Festival Review: Sound City 2015

sound city 15 bannerSound City 2015

sound city 15 logoBramley Moore Dock, Liverpool 21-23 May 2015

Words: Elena Katrina and Lauren Grigor

This year saw Liverpool’s Sound City festival take a brave new step away from the warm open arms of the city centre venues and take a massive leap into becoming pretty much a full on outside festival, open to the elements and surrounded by water. It could literally have been sink or swim at any given moment. The site itself wasn’t exactly always conducive to a happy festival, with many people complaining about the bottle neck and noise clashes between three stages on what was one of the busiest walking areas of the festival site – well I guess they know for next time! Just get rid of the fair, no one’s there to go on rides, we’re all there for music. Trust me. But by the end of it we’d had such a great time all was forgiven, more or less 😉

You couldn’t fault the bands though, especially when you turn up to see Circa Waves just taking to the stage, or the thrill of being pulled around site on the first night in the back of a rickshaw. Driven by a new friend who you only met three days before (Hi Josh!), who then lets you sit in it in the blistering cold, your feet up, to take in the sights and sounds of Spector. Who, incidentally, pulled of quite a decent show. Having never seen them before I can say I was pretty impressed. It was a shame when the rickshaw had to be taken and put to bed for the night but it just meant we could head to the front to catch Everything Everything, who were damn Awesome Awesome.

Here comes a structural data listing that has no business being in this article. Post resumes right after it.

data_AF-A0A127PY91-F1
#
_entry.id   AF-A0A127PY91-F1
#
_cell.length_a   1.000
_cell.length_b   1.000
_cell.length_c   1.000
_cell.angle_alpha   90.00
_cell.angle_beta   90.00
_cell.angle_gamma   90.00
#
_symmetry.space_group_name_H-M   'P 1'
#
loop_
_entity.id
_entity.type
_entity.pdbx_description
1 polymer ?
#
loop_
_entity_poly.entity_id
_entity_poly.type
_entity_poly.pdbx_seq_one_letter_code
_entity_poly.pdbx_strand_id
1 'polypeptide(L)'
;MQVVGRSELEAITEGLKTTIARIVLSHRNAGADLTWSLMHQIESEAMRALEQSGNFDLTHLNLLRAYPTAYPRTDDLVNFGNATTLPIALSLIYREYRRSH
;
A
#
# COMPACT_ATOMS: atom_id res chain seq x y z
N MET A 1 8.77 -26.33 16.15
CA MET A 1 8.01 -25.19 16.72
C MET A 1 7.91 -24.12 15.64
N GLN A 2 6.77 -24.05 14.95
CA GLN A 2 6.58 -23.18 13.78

Everything Everything

Everything Everything

In fact, Lauren reckoned that Everything Everything “were channelling the greater powers as they played a set with some older favourites as well as a few songs from the new album Get To Heaven, including the finale Distant Past, latest single Regret (which I thought needed to be a lot noisier) and a new one Reptiles. Which had hilarious lyrics “it’s alright to feel like a fat child in a push chair, old enough to run, old enough to fire a gun”. The vocals from all band members were on point and front man Jonathan was charismatic and didn’t falter in his singing, which sometimes feels more like rapping.”  They gave a crowd pleasing show, which even one member of security seemed to through enjoyed as he danced his way merrily through the throbbing crowd.